SHOOTING - Other observations
+ Shutter is not so loud when electronic first curtain is activated (it is active by default).  Even without EFC, it's not so loud (unlike the A7). 
+ Shows the battery life in percentage, not just a battery icon with 3 bars.
+ Sony has fixed many of the quirks, like the usage of the subject tracking ("Lock-on AF"), and the face priority.
- Short battery life.
- No built-in function to edit photos in-camera.  You need to download the Photo Retouch app (fortunately it is free, but it's a hassle to access it because it requires launching an app before being able to edit).

+ High ISO is quite good.  The noise cleans up very well I can get decent detail and color up to 12,800 ISO (skin pores on a portrait), but with loss of tonal depth in the shadow areas.  25,600 ISO is usable in emergencies, though it has the same issue with color as the RX1 - the colors in raw look like they have a magenta/purple tint in the shadows when the light color temperature is too yellow.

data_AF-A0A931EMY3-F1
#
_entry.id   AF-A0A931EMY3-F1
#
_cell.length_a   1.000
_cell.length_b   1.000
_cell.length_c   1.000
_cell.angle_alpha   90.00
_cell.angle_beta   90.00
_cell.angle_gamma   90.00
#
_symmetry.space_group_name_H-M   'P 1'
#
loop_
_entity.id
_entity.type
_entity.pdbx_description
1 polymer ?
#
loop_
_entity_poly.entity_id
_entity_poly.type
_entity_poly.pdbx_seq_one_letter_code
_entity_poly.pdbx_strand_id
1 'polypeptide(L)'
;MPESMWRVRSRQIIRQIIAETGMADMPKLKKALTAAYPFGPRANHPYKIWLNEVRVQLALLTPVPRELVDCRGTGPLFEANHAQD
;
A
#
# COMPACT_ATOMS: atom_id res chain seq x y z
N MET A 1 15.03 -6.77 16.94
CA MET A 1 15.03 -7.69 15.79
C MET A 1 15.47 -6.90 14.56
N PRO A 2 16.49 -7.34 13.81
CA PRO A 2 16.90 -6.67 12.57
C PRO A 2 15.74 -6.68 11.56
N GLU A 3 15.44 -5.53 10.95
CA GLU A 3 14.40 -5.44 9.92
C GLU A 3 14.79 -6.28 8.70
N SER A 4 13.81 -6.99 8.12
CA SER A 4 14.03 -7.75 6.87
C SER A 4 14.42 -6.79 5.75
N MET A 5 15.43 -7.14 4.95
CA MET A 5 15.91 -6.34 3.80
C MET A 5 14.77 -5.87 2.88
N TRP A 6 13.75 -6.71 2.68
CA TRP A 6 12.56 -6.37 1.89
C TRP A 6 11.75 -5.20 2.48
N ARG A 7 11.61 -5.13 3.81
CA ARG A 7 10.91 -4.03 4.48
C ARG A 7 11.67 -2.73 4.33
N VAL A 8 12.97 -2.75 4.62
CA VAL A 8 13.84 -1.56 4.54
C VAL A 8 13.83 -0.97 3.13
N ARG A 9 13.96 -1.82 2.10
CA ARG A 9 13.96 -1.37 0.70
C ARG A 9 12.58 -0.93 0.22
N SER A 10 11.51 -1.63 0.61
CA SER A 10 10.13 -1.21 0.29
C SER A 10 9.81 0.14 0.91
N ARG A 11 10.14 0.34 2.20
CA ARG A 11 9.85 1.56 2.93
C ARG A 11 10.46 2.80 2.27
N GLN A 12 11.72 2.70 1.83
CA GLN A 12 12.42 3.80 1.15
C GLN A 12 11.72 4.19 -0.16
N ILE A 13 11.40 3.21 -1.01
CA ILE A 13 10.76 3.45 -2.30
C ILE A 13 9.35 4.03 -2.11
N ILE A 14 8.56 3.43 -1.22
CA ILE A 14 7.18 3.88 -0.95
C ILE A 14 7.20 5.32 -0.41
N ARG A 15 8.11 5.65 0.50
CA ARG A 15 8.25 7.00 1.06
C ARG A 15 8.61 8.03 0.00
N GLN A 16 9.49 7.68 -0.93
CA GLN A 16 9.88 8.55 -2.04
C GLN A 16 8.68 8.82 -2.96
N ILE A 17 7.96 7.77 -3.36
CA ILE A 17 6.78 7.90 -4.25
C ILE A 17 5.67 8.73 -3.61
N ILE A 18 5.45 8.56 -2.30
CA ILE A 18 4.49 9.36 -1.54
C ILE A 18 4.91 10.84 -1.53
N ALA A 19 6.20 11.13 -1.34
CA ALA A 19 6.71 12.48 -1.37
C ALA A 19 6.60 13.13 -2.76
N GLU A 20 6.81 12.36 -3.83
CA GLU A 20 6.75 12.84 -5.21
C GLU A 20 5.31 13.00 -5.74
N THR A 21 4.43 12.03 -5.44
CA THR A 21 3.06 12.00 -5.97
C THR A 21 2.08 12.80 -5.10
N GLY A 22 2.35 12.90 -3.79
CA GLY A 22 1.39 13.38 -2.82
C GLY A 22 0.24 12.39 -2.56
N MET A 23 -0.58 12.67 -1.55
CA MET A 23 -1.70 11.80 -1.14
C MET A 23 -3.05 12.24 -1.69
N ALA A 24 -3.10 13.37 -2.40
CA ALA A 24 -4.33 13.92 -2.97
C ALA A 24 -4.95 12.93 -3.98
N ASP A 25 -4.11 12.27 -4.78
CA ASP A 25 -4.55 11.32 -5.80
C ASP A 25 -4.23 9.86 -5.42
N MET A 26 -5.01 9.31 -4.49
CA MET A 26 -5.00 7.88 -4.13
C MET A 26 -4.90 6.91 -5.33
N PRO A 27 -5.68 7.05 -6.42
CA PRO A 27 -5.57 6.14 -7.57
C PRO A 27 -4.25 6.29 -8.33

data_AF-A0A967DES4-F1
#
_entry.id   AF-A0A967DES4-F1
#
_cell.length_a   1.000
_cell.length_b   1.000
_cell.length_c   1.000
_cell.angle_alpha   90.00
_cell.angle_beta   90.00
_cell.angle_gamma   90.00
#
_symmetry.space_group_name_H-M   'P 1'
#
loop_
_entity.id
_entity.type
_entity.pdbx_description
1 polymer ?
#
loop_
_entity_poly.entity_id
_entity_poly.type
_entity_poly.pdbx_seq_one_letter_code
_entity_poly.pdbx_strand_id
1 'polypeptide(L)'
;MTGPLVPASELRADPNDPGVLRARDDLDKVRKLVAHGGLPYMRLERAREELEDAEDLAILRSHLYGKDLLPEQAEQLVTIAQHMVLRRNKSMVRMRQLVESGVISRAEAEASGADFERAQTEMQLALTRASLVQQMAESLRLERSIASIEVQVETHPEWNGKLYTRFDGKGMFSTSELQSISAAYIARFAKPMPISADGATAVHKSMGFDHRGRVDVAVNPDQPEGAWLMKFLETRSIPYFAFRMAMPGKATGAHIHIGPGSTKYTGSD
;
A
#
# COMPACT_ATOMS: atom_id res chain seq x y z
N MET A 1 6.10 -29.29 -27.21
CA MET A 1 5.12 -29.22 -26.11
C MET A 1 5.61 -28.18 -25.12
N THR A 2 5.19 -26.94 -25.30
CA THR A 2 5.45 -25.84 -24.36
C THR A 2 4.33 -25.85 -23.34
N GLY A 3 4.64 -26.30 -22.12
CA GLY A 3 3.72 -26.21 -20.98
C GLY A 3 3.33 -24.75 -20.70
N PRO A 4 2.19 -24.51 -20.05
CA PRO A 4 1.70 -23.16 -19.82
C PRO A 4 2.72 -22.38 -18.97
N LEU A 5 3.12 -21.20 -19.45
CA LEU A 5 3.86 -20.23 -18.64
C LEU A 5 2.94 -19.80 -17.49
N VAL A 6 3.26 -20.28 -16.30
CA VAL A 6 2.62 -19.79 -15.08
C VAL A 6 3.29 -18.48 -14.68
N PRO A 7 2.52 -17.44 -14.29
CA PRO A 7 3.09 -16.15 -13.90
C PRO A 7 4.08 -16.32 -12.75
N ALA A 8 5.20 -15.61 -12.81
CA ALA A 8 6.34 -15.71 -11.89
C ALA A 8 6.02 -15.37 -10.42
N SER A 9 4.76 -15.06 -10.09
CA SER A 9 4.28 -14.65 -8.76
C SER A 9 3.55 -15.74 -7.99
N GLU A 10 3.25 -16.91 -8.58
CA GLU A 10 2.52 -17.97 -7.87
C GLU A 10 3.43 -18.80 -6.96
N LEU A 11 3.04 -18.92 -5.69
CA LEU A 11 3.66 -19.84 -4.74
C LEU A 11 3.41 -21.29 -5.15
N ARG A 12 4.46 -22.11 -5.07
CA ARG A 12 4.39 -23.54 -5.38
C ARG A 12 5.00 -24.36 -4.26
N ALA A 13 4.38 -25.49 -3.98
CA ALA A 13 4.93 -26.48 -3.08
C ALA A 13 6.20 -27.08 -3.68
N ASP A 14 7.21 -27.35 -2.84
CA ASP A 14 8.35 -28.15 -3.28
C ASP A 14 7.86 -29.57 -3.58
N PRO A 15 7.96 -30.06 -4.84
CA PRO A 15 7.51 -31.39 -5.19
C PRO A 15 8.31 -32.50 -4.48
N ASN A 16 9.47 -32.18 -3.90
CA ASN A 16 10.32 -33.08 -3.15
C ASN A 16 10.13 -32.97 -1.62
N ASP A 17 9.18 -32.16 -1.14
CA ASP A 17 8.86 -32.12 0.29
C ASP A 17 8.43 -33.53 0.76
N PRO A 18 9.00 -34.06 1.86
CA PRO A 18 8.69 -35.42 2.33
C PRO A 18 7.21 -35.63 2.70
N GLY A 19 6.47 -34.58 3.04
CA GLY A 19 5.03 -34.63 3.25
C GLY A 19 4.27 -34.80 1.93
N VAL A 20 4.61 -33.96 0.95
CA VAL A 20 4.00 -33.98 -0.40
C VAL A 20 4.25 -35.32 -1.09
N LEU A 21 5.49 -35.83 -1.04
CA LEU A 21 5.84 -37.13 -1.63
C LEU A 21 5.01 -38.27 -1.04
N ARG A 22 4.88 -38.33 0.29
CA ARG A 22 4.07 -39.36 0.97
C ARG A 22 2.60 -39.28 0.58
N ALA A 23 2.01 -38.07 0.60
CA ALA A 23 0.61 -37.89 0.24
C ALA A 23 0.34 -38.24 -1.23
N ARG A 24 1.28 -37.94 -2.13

+ Electronic first curtain avoids shutter shock (which can blur an image).
+ Shallow DOF and Blur.  I admit it's good to have a little bit more control over DOF than I got with MFT.  The 35 1.8 OSS has nice bokeh.
o The sharpness of the 35 1.8 OSS lens is not good enough does not take full advantage of the sensor unless I stop down.  When used wide open, I only get about the same level of detail as the Olympus 25 1.8 on the E-M5 or E-P5, despite the higher resolution of the a6000.  ADDED: On the other hand, the 50 1.8 OSS is pretty sharp even wide open.